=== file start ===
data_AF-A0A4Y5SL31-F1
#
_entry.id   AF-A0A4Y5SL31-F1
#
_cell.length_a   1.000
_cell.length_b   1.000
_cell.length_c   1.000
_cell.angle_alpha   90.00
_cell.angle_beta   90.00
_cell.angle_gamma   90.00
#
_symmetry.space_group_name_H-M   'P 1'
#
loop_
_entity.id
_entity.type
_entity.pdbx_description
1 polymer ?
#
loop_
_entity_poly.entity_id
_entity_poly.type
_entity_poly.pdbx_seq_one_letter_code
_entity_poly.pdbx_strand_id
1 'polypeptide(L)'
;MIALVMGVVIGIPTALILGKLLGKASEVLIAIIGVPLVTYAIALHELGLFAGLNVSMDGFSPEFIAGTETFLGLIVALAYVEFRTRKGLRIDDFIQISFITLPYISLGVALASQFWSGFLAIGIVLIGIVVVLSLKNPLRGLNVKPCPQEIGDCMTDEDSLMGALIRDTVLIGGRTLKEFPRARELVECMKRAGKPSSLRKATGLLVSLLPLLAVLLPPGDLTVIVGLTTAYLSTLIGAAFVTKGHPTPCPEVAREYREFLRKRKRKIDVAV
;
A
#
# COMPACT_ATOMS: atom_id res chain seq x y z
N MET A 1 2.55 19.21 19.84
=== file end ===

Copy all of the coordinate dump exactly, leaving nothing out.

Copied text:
data_AF-A0A4Y5SL31-F1
#
_entry.id   AF-A0A4Y5SL31-F1
#
_cell.length_a   1.000
_cell.length_b   1.000
_cell.length_c   1.000
_cell.angle_alpha   90.00
_cell.angle_beta   90.00
_cell.angle_gamma   90.00
#
_symmetry.space_group_name_H-M   'P 1'
#
loop_
_entity.id
_entity.type
_entity.pdbx_description
1 polymer ?
#
loop_
_entity_poly.entity_id
_entity_poly.type
_entity_poly.pdbx_seq_one_letter_code
_entity_poly.pdbx_strand_id
1 'polypeptide(L)'
;MIALVMGVVIGIPTALILGKLLGKASEVLIAIIGVPLVTYAIALHELGLFAGLNVSMDGFSPEFIAGTETFLGLIVALAYVEFRTRKGLRIDDFIQISFITLPYISLGVALASQFWSGFLAIGIVLIGIVVVLSLKNPLRGLNVKPCPQEIGDCMTDEDSLMGALIRDTVLIGGRTLKEFPRARELVECMKRAGKPSSLRKATGLLVSLLPLLAVLLPPGDLTVIVGLTTAYLSTLIGAAFVTKGHPTPCPEVAREYREFLRKRKRKIDVAV
;
A
#
# COMPACT_ATOMS: atom_id res chain seq x y z
N MET A 1 2.55 19.21 19.84